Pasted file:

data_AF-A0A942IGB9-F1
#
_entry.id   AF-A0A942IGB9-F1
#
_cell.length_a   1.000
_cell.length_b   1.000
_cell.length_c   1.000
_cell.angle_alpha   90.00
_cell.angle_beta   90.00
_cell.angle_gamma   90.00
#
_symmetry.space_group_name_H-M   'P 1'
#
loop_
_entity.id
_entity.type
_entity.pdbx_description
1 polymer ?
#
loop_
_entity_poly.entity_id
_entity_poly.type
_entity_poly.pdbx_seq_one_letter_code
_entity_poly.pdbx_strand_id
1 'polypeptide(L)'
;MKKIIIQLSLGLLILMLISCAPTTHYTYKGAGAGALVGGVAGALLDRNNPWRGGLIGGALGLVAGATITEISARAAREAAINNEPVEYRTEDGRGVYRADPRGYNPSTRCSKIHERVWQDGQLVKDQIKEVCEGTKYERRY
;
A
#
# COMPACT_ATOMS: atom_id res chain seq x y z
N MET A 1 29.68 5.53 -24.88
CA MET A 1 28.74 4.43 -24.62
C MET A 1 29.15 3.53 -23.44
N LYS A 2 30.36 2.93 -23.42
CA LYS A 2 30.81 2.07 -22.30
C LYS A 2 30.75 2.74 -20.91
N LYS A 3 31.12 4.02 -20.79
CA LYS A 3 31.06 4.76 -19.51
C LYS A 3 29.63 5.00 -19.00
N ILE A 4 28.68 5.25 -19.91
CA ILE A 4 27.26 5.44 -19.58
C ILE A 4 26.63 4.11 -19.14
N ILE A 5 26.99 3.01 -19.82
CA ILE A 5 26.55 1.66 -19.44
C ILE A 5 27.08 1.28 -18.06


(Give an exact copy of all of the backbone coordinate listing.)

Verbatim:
data_AF-A0A942IGB9-F1
#
_entry.id   AF-A0A942IGB9-F1
#
_cell.length_a   1.000
_cell.length_b   1.000
_cell.length_c   1.000
_cell.angle_alpha   90.00
_cell.angle_beta   90.00
_cell.angle_gamma   90.00
#
_symmetry.space_group_name_H-M   'P 1'
#
loop_
_entity.id
_entity.type
_entity.pdbx_description
1 polymer ?
#
loop_
_entity_poly.entity_id
_entity_poly.type
_entity_poly.pdbx_seq_one_letter_code
_entity_poly.pdbx_strand_id
1 'polypeptide(L)'
;MKKIIIQLSLGLLILMLISCAPTTHYTYKGAGAGALVGGVAGALLDRNNPWRGGLIGGALGLVAGATITEISARAAREAAINNEPVEYRTEDGRGVYRADPRGYNPSTRCSKIHERVWQDGQLVKDQIKEVCEGTKYERRY
;
A
#
# COMPACT_ATOMS: atom_id res chain seq x y z
N MET A 1 29.68 5.53 -24.88
CA MET A 1 28.74 4.43 -24.62
C MET A 1 29.15 3.53 -23.44
N LYS A 2 30.36 2.93 -23.42
CA LYS A 2 30.81 2.07 -22.30
C LYS A 2 30.75 2.74 -20.91
N LYS A 3 31.12 4.02 -20.79
CA LYS A 3 31.06 4.76 -19.51
C LYS A 3 29.63 5.00 -19.00
N ILE A 4 28.68 5.25 -19.91
CA ILE A 4 27.26 5.44 -19.58
C ILE A 4 26.63 4.11 -19.14
N ILE A 5 26.99 3.01 -19.82
CA ILE A 5 26.55 1.66 -19.44
C ILE A 5 27.08 1.28 -18.06